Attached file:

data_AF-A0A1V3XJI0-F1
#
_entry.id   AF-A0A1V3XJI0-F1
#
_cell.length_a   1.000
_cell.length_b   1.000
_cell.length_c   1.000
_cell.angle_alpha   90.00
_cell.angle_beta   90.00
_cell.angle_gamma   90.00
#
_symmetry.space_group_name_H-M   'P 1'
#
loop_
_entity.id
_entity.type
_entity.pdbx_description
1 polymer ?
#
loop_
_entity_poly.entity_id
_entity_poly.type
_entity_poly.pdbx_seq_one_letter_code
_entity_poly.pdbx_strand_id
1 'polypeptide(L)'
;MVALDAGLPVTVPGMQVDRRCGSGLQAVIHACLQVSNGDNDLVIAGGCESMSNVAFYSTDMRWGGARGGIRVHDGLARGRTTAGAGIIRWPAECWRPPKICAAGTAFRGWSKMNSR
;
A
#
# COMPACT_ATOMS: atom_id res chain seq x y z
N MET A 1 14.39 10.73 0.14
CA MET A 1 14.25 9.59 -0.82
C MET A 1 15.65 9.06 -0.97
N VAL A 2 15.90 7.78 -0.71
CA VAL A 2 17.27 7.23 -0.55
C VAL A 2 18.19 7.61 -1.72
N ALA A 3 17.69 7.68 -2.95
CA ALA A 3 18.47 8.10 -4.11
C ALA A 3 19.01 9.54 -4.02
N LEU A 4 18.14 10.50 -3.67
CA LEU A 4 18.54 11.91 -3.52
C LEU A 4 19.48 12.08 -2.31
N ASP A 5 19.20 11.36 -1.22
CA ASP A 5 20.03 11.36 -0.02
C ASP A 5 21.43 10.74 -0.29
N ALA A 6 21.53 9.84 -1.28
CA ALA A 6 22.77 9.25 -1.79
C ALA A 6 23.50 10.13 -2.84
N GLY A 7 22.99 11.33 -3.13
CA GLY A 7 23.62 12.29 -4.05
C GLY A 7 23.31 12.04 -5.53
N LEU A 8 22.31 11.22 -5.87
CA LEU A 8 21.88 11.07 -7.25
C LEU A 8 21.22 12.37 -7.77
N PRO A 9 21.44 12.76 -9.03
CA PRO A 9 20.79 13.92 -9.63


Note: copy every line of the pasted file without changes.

data_AF-A0A1V3XJI0-F1
#
_entry.id   AF-A0A1V3XJI0-F1
#
_cell.length_a   1.000
_cell.length_b   1.000
_cell.length_c   1.000
_cell.angle_alpha   90.00
_cell.angle_beta   90.00
_cell.angle_gamma   90.00
#
_symmetry.space_group_name_H-M   'P 1'
#
loop_
_entity.id
_entity.type
_entity.pdbx_description
1 polymer ?
#
loop_
_entity_poly.entity_id
_entity_poly.type
_entity_poly.pdbx_seq_one_letter_code
_entity_poly.pdbx_strand_id
1 'polypeptide(L)'
;MVALDAGLPVTVPGMQVDRRCGSGLQAVIHACLQVSNGDNDLVIAGGCESMSNVAFYSTDMRWGGARGGIRVHDGLARGRTTAGAGIIRWPAECWRPPKICAAGTAFRGWSKMNSR
;
A
#
# COMPACT_ATOMS: atom_id res chain seq x y z
N MET A 1 14.39 10.73 0.14
CA MET A 1 14.25 9.59 -0.82
C MET A 1 15.65 9.06 -0.97
N VAL A 2 15.90 7.78 -0.71
CA VAL A 2 17.27 7.23 -0.55
C VAL A 2 18.19 7.61 -1.72
N ALA A 3 17.69 7.68 -2.95
CA ALA A 3 18.47 8.10 -4.11
C ALA A 3 19.01 9.54 -4.02
N LEU A 4 18.14 10.50 -3.67
CA LEU A 4 18.54 11.91 -3.52
C LEU A 4 19.48 12.08 -2.31
N ASP A 5 19.20 11.36 -1.22
CA ASP A 5 20.03 11.36 -0.02
C ASP A 5 21.43 10.74 -0.29
N ALA A 6 21.53 9.84 -1.28
CA ALA A 6 22.77 9.25 -1.79
C ALA A 6 23.50 10.13 -2.84
N GLY A 7 22.99 11.33 -3.13
CA GLY A 7 23.62 12.29 -4.05
C GLY A 7 23.31 12.04 -5.53
N LEU A 8 22.31 11.22 -5.87
CA LEU A 8 21.88 11.07 -7.25
C LEU A 8 21.22 12.37 -7.77
N PRO A 9 21.44 12.76 -9.03
CA PRO A 9 20.79 13.92 -9.63